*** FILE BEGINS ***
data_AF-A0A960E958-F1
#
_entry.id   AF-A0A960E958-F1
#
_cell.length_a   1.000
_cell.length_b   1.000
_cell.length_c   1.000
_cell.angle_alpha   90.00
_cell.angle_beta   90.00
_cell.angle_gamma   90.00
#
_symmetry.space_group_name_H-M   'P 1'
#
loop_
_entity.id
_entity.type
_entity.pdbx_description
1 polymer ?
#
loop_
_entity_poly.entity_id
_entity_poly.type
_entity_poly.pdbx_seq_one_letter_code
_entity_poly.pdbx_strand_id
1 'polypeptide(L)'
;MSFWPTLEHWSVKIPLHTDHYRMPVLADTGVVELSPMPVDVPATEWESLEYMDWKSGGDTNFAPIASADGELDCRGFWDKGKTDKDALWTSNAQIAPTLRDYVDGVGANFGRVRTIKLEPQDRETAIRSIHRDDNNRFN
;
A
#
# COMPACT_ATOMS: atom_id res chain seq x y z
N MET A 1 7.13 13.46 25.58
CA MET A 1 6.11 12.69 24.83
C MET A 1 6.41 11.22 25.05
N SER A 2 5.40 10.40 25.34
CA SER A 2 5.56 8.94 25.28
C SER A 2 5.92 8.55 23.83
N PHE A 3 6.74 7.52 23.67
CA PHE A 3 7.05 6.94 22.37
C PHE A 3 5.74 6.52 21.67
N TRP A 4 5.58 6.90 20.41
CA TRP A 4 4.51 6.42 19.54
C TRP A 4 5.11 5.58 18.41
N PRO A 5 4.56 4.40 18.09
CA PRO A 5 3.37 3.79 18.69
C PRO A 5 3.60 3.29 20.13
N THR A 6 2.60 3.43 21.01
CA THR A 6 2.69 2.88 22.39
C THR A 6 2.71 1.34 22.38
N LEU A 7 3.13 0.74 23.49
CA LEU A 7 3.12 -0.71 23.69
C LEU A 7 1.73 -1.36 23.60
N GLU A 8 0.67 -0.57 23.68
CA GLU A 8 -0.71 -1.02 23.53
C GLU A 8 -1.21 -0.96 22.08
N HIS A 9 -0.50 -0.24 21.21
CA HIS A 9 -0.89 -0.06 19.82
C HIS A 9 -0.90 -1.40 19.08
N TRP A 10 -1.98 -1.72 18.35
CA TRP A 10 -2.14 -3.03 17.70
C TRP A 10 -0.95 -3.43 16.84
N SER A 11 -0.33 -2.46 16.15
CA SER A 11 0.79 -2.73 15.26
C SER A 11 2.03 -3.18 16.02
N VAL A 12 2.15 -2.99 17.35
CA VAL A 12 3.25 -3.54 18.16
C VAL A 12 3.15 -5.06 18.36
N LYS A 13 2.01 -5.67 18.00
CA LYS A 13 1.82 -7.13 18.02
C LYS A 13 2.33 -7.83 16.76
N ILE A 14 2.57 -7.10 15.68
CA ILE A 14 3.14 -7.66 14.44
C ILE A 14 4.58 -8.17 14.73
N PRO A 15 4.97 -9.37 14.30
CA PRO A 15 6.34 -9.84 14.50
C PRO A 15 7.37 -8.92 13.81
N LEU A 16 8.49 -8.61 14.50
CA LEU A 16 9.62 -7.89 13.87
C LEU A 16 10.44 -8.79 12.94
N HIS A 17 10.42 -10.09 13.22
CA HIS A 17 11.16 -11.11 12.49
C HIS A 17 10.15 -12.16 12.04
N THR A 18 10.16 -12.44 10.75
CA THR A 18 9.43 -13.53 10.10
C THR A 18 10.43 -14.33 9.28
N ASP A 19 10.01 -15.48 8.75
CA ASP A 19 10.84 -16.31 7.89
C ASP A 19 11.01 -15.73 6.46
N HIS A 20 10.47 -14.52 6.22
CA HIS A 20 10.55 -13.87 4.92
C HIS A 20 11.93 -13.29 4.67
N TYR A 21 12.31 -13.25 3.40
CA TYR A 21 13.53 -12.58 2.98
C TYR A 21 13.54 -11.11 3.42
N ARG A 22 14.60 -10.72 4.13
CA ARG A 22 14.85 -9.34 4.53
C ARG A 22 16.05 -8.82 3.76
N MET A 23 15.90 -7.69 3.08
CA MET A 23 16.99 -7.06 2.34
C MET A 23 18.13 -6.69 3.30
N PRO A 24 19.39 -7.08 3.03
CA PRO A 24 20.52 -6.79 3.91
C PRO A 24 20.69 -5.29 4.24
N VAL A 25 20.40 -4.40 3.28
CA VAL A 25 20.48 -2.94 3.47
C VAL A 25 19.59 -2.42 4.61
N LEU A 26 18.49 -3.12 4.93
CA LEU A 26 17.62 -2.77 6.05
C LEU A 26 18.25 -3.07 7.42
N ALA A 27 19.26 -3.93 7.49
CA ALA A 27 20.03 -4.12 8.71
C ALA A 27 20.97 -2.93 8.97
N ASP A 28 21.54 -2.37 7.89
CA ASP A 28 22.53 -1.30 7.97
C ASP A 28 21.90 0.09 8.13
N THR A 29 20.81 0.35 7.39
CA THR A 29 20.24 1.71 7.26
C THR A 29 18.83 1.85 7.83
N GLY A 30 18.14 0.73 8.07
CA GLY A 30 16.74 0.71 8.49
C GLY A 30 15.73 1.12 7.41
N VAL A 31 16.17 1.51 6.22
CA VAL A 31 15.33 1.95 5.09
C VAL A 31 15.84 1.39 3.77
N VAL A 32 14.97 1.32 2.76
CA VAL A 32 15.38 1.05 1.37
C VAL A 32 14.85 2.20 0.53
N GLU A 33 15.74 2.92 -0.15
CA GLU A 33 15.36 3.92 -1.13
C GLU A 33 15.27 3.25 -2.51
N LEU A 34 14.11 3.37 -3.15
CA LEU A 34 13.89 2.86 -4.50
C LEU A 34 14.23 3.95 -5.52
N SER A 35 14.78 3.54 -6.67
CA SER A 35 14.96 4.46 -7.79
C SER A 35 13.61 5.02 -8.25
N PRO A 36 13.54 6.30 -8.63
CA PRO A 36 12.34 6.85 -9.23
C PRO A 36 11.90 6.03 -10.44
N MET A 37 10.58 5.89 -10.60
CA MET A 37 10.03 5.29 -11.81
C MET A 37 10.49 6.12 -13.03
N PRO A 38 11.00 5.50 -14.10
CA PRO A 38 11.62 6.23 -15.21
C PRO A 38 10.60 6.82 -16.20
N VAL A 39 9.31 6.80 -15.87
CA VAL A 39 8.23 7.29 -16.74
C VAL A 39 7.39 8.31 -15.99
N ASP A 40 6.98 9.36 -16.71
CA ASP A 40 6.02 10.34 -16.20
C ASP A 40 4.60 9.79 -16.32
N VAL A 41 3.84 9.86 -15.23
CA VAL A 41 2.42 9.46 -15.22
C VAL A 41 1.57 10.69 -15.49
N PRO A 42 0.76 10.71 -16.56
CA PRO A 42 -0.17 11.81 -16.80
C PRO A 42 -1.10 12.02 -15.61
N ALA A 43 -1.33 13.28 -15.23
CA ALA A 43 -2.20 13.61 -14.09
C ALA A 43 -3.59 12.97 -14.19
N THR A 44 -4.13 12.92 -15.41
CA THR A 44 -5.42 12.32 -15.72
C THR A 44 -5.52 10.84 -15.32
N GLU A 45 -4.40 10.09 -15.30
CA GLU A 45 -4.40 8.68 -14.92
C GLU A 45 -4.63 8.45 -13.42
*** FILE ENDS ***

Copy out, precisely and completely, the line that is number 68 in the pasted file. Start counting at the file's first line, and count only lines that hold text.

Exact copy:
CA LYS A 13 1.82 -7.13 18.02